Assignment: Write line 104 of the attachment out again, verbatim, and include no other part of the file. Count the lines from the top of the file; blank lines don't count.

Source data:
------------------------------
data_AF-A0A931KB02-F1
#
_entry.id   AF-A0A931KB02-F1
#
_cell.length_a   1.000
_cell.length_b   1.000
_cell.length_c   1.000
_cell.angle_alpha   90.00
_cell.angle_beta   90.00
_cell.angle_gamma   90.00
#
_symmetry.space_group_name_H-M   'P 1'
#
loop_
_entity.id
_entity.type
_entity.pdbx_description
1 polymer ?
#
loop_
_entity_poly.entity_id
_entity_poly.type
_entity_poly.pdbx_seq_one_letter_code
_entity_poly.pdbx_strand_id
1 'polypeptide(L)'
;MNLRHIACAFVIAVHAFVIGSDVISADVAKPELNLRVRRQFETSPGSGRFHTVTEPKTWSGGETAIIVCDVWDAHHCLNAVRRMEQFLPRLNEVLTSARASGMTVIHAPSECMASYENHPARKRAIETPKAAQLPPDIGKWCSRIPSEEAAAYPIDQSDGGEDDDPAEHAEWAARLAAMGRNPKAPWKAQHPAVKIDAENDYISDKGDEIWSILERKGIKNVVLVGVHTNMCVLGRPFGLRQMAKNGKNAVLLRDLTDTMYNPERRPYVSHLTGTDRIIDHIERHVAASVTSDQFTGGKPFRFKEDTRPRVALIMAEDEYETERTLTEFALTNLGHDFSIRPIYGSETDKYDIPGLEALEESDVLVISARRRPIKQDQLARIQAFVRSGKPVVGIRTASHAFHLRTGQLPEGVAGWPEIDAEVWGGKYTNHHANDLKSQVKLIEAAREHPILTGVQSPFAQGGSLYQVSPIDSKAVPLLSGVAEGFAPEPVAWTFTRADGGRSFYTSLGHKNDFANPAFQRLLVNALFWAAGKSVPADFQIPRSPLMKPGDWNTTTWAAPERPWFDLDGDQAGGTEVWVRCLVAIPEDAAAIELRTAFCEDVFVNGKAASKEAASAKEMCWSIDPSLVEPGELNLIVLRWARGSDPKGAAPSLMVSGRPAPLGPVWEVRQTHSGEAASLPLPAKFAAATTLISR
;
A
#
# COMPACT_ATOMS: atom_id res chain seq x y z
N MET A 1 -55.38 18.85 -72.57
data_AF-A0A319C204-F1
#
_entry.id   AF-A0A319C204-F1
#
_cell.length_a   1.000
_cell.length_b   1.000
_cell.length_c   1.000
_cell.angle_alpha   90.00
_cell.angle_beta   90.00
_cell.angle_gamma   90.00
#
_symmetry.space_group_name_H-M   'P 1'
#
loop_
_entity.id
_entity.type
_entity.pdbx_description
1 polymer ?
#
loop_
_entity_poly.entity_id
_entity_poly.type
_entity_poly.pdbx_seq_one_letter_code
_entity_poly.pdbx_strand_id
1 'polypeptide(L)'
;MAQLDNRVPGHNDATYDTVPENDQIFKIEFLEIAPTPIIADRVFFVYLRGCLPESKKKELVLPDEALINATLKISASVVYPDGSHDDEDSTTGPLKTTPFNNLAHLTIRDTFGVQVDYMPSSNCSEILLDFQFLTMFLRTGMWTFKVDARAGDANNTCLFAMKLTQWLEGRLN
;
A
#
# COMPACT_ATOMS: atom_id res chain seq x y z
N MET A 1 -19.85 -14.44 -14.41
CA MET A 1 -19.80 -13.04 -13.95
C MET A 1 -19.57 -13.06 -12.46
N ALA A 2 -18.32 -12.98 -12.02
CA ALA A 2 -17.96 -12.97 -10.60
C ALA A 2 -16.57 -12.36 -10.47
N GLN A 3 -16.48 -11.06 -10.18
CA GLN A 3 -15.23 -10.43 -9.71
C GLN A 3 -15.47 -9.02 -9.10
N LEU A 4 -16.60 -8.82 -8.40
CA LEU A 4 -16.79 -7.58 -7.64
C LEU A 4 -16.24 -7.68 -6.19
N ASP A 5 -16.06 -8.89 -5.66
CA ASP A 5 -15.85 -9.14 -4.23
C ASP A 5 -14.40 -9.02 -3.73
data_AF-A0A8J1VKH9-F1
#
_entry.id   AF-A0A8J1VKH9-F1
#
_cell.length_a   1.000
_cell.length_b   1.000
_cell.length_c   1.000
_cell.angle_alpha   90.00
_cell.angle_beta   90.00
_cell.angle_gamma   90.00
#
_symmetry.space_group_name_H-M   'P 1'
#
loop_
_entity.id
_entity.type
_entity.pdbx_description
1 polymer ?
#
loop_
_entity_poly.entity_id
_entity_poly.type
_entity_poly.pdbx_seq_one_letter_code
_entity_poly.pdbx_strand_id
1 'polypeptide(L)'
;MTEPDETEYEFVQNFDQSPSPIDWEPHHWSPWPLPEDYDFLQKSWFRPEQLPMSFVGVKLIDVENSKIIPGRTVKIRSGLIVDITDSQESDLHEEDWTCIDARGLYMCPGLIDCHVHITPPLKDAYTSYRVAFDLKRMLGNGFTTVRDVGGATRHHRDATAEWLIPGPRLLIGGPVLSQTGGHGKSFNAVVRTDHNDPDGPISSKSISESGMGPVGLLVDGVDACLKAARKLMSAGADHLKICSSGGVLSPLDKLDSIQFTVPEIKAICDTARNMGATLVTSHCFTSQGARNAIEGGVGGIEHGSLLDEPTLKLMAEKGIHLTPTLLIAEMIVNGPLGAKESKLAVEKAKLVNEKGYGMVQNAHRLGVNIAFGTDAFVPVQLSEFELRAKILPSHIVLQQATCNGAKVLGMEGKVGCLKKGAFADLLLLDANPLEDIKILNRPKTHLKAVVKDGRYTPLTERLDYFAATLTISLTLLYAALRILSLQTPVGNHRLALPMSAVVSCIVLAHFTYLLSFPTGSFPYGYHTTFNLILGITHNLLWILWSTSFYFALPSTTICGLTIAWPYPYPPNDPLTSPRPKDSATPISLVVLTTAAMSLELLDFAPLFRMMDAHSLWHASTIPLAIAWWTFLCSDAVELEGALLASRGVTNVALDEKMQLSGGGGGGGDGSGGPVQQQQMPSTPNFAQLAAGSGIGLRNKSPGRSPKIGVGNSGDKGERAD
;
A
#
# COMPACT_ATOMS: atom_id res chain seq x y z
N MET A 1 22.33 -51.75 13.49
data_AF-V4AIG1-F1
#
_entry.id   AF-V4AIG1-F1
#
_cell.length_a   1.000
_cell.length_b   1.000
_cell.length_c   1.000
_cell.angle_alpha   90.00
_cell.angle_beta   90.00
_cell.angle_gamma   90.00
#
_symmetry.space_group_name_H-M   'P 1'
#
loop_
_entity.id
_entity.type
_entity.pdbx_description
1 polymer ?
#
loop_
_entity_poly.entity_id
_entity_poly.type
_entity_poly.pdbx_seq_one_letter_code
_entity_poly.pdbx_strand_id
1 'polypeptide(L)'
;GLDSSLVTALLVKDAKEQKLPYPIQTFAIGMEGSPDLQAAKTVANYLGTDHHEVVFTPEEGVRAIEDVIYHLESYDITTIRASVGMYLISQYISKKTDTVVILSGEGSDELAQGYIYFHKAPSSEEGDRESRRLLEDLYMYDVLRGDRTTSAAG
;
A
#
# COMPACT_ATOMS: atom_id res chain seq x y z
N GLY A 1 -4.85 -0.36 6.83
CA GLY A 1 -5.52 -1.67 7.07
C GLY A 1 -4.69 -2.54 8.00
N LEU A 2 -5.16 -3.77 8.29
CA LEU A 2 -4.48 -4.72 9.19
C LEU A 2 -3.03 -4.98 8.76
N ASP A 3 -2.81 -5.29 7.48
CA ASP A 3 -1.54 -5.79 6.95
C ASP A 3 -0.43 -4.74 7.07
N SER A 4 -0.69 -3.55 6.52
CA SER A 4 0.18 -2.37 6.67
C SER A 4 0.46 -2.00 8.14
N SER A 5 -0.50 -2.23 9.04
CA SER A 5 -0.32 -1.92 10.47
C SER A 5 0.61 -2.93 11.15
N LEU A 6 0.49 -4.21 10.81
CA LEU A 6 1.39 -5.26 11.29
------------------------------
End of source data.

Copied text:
A